So in the hope of inspiring you, I gave myself 15 minutes to write a little stream-of-consciousness list of my ways of authentic living – practical choices I’ve made and continue to make that have helped me strip away layers of accidental falsity and live a more fulfilling life.

Hello authentic living –

Hello handmade, nature, wilderness and conscious living. Hello make-do-and-mend and minimalism. Hello connecting with my community and guerrilla gardening. Hello buying local produce and seasonal food.

Hello stripping away unnecessary things, including people and ideologies. Hello looking at bees and butterflies instead of watching them on TV. Hello letting children feel free and safe and able to play without adult supervision and interference.

Hello walking instead of driving. Hello knowing more about my family and friends than I do about celebrities and TV characters. Hello Waldorf / Steiner education and toys made of things that once lived like wool and wood. Hello not window-shopping and buying into retail persuasion.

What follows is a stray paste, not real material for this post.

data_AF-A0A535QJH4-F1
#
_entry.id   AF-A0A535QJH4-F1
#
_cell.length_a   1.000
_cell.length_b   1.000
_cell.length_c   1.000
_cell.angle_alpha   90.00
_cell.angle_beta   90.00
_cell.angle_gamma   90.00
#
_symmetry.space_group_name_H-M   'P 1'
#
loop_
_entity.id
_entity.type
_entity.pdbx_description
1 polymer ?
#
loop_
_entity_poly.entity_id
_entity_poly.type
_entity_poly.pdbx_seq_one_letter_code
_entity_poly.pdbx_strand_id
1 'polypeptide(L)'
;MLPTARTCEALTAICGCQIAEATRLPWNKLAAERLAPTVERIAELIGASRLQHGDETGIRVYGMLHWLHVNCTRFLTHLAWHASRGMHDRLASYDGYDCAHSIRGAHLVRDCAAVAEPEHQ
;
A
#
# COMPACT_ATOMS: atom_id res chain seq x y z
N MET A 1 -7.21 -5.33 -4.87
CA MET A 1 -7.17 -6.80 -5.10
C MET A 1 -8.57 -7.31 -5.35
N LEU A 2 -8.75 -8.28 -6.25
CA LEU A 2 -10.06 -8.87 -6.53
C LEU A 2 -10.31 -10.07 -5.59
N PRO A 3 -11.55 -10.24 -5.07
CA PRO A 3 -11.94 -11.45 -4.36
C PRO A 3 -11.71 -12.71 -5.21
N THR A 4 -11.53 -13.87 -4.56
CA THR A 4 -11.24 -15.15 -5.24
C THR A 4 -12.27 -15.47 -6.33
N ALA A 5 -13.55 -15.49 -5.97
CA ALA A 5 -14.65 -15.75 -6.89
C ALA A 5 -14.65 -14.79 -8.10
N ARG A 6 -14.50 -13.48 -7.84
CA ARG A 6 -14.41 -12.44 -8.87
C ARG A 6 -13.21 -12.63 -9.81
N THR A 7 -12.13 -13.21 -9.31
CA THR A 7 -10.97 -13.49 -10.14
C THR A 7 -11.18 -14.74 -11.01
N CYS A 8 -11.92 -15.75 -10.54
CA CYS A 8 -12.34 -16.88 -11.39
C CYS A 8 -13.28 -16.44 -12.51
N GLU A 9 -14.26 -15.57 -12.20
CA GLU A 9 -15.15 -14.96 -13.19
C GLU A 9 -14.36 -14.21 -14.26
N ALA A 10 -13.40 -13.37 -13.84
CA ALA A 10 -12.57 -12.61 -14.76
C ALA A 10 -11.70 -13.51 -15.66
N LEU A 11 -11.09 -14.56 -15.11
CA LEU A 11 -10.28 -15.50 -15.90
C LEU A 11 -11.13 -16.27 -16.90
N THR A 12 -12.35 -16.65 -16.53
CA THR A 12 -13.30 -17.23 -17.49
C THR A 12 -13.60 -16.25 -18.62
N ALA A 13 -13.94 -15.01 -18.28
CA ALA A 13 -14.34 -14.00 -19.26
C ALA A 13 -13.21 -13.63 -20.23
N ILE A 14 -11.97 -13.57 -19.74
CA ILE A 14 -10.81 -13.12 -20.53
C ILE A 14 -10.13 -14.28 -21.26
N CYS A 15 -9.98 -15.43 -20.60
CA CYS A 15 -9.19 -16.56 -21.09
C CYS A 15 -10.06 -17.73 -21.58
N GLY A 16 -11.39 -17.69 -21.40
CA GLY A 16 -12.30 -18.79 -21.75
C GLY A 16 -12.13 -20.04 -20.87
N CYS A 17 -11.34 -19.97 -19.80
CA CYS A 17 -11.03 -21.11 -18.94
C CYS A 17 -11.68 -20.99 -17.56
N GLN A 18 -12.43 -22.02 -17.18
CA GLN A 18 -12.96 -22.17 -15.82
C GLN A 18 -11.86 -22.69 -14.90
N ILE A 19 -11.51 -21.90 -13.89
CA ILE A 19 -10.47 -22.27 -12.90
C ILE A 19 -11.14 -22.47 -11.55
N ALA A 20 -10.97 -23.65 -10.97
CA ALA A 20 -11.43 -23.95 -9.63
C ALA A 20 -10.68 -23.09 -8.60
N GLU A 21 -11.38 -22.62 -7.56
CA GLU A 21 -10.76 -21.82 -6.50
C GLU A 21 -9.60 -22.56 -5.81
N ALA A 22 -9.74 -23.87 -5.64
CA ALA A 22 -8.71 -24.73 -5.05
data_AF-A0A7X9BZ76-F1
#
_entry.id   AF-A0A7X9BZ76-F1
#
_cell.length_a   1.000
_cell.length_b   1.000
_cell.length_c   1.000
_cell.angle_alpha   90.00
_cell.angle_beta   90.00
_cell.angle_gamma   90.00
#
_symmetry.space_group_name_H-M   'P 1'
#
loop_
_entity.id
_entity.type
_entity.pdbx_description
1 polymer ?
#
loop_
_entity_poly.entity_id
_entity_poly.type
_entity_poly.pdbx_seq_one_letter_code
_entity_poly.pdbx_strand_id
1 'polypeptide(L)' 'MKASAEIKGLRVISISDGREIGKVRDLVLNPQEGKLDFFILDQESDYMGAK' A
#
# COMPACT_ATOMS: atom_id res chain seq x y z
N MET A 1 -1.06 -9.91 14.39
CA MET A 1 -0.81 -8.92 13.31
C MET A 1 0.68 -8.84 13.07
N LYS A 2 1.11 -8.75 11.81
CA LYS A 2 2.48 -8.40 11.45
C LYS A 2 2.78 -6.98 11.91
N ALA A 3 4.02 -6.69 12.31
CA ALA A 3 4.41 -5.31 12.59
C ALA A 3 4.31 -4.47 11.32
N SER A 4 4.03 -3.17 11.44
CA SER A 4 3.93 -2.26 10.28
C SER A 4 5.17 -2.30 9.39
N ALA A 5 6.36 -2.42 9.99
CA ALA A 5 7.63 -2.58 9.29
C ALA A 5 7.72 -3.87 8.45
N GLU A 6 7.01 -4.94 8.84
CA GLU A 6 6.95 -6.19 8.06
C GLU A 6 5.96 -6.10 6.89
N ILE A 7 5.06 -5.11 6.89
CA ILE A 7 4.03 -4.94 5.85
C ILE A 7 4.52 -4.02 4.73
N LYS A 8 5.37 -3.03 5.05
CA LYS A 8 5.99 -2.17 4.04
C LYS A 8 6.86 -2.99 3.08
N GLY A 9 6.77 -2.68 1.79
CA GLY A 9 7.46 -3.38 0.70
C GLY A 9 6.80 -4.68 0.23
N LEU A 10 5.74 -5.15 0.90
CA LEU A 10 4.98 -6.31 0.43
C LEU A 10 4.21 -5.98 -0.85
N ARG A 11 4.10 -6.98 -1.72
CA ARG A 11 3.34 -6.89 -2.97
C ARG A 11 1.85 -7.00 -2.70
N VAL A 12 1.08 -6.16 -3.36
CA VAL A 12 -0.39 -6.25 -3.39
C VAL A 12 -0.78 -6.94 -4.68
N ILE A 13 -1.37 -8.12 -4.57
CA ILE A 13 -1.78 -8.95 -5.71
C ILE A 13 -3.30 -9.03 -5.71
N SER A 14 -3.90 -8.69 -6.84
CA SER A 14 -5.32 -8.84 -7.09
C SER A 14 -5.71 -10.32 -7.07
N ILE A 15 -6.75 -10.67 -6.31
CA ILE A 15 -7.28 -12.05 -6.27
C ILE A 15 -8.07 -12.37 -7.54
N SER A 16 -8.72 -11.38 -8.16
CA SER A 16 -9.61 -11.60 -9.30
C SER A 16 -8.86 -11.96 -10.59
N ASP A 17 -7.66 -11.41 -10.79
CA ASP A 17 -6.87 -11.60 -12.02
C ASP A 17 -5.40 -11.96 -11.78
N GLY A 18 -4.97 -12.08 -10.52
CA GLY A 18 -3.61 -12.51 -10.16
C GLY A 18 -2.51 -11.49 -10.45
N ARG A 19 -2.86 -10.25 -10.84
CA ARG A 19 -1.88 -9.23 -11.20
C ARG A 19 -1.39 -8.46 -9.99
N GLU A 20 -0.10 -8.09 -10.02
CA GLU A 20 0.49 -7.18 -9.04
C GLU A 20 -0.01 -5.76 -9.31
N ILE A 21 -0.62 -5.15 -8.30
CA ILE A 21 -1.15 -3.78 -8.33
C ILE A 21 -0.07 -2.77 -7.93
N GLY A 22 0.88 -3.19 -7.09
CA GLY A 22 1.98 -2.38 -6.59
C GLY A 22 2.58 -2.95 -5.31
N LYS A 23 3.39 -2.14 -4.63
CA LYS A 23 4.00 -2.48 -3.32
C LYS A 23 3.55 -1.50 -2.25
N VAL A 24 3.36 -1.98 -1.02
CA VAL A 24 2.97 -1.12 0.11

Hello wearing the same dress I wore ten years ago because I love it (fashion doyen, Vivienne Westwood would approve). Hello making your own clothes, buying vintage clothes, revamping your old clothes, buying clothes from charity shops and expressing your individuality through the clothes you wear.

Hello being indecisive so you are always open to something new happening. Hello being spontaneous and going with that whole “who moved the cheese” thing.

Hello learning to be storytellers again instead of always reading books. Hello buying online direct from artists and creators on Etsy instead of big brand manufacturers. Hello upcycling and finding new uses for things we might otherwise throw away. Hello guitars around campfires, sleeping  under the stars and taking courses like Guy Mallinson’s woodland camps.